Some time ago Kasper found a nice blog post about the top-10 burger places in Seoul, and we so far we have covered two of them in order to supplement the kimchi and rice dominated Korean diet. Yaletown in Sinchon offered a tasty and good-sized burger (with a little bit of an unorthodox patty) and unlimited curly french fries to go with that. You can guess if we ate a good, moderate amount of them or perhaps a ridiculously huge pile? Suffice to say, I didn’t feel like walking too much after that 🙂

The second place we tried, and the place that holds the #1 spot at the list, was Jacoby’s burger in Itawon (where 8 out of the 10 places are), just next to the US army base. They had a nice selection of very different kind of burgers, and you can customize yours by choosing your favorite kind of bun, cheese and extras and how well your patty is cooked. I tried the Fresco Burger with a load of grilled onion rings, and I have to say that I don’t remember eating a better burger in a long while. The size of it makes it a little bit difficult to eat, but actually it wasn’t even close to the biggest burgers on the list.

 

The Fresco

 

Last Saturday we went to the Asia Song 2010 concert in Seoul Olympic Stadium where some of the biggest stars in the “K-pop” genre performed. The tickets were free but we had to exchange our ticket vouchers for the tickets hours before the concert started, so we decided to spend the remaining time in the Lotte World just a few subway stops away from the venue.

 

Ice skating rink inside the Lotte World

 

Lotte World is a weird combination of shopping mall and an amusement park, with half of the park inside the mall and half of it outside on a small artificial island. The mall also has an indoor ice-skating rink and a movie theater. What more could you ask for? Some of the rides on the island seemed very exciting but I think the part inside is mainly for smaller kids (and not for us bigger kids :P).

 

The indoor part of the amusement park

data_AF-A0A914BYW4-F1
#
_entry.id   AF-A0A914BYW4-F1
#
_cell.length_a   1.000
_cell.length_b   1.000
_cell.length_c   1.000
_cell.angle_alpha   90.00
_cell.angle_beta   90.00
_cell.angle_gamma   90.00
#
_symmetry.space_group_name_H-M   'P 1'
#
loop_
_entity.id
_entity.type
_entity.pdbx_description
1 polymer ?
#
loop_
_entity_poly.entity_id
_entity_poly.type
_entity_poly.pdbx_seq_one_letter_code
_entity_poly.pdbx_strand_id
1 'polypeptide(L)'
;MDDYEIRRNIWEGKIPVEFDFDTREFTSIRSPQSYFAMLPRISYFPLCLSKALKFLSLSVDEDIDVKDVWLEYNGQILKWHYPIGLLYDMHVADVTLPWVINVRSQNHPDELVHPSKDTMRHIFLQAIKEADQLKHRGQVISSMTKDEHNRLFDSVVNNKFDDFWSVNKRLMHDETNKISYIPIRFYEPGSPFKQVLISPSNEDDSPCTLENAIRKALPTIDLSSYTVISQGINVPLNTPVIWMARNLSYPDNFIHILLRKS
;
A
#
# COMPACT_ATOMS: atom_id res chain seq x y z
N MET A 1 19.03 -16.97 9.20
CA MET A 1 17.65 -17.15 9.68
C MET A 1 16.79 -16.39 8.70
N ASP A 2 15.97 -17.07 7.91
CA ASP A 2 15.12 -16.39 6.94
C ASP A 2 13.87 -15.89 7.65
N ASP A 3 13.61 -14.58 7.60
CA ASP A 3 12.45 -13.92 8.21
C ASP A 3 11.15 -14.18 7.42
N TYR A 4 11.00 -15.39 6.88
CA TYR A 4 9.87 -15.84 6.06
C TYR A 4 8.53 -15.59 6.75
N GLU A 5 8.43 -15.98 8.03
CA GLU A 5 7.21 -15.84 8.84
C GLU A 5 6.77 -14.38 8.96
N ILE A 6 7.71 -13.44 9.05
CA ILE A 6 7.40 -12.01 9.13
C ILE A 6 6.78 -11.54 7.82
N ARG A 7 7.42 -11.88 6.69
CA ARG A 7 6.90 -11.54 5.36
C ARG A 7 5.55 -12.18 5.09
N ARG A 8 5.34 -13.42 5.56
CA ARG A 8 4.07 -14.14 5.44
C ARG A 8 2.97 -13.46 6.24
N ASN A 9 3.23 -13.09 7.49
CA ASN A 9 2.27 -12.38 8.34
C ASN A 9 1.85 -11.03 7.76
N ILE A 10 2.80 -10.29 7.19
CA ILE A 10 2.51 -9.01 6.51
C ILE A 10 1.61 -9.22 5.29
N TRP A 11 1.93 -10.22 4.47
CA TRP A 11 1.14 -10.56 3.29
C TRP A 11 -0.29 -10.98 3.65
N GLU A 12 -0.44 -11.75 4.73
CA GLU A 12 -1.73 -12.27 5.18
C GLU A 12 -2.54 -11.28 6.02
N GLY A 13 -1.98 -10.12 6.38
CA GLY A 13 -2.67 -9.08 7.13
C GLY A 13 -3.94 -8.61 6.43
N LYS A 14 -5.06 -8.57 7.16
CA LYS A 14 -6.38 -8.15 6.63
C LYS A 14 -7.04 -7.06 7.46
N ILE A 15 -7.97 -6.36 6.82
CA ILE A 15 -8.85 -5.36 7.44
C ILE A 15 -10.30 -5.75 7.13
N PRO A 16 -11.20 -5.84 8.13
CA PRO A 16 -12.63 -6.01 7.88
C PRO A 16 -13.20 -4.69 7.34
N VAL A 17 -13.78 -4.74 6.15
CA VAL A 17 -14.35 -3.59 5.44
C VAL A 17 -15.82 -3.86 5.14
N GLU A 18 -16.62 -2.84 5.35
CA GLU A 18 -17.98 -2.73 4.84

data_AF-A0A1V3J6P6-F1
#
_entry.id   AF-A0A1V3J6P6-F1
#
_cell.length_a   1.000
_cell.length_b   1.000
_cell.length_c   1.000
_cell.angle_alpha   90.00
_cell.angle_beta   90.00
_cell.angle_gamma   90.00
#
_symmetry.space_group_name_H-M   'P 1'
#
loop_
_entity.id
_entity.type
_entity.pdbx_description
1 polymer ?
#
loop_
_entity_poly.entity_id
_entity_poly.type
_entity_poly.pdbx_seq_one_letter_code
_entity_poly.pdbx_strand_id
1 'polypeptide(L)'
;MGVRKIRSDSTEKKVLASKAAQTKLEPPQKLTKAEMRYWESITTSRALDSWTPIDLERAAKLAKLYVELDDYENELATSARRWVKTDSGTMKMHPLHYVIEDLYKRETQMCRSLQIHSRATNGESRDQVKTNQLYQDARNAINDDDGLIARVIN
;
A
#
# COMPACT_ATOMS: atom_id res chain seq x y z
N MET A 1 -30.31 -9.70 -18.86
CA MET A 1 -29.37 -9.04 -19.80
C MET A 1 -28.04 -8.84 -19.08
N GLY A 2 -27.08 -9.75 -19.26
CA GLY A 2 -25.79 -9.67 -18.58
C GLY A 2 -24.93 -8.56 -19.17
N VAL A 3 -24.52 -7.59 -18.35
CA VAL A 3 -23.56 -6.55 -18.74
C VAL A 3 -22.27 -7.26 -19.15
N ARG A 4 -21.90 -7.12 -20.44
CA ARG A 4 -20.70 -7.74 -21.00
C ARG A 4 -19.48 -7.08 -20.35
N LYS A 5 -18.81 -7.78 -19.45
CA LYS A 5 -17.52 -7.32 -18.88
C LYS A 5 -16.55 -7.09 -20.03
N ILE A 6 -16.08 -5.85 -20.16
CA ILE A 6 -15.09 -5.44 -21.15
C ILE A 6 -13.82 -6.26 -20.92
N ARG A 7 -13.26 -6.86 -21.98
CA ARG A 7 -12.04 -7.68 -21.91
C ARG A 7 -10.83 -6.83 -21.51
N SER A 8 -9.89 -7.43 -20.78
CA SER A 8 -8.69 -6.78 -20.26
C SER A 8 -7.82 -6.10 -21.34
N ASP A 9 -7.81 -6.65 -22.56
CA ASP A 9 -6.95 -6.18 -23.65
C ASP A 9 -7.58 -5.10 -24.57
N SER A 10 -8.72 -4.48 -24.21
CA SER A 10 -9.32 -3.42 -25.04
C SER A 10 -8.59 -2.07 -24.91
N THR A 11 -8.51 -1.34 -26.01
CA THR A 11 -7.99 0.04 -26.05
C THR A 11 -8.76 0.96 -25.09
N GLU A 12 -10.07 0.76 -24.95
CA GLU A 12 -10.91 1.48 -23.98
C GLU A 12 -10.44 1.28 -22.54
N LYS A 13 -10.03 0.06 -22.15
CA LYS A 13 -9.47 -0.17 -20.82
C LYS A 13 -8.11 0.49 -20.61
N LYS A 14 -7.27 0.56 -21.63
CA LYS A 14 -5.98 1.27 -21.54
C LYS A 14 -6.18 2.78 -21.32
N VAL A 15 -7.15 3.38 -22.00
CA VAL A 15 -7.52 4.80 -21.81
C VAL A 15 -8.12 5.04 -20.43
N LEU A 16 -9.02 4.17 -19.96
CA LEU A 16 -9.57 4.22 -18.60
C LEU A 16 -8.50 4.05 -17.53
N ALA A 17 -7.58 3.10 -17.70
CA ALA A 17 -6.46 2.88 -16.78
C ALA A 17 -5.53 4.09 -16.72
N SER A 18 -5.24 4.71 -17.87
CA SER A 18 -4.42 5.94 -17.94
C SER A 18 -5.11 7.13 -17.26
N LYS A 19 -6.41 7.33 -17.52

You can take a mini-train from the mall to the island

 

The concert itself was a little bit disappointing. Not that I had very high expectations about it anyway, but somehow the setting of the stadium contributed to a lack of atmosphere in the audience. The stage was situated so far from where we were _sitting_ that it was quite hard to see anything, and the music, which by itself was a lame torture, blurred into a boring bass driven porridge of sounds during the time it reached us. Well, props for trying. Afterwards we went to an “arabic” bar with dirt-cheap beer and shisha, and the night was saved 🙂

 

The concert stage (before my camera ran out of battery)

 

On Sunday I woke up early to participate in a trip to the first Korean F1 Grand Prix, which took place in southern part of the country near a city called Mokpo. They had some major difficulties getting the track ready for the race because of the heavy rainfall during september and I guess this also meant that they didn’t have the chance to finish the audience facilities. It was difficult to find something luxurious from walking in a muddy yard, eating overpriced 7-11 hamburgers and hand-warm beer from the can. Not really the Formula experience I was looking for, but in the end when the race actually started it all felt good 🙂

 

The safety car was on the track too damn long

 

The race officials had to halt the race after just 3 laps because of bad weather conditions, and it took a good 50 minutes for the race to continue. Sitting in the audience with rain coming down on us, wondering if the race is ever going to start didn’t really feel so exciting but then after then engines started roaring I didn’t even notice the rain or coldness. All I could sense was the amazingly loud and penetrating sound of the cars as they drove pass our spot with incredible speed and precision. And the wet track offered some additional enjoyment for the audience in the form of spins and curves driven too wide. In the end, the 11 hours of sitting in the bus that day didn’t feel like a steep price to pay for that experience 🙂

It's me!

-a

A little bit of campus life

After the Japan trip I finally settled at the dorm and started the casual student life here, or at least that’s how it felt like. Even though travelling was fun for sure, it had denied me the possibility to get to know most of the other exchange students since I had missed all but one of the events organised for us. I guess life is a long series of trade-offs 🙂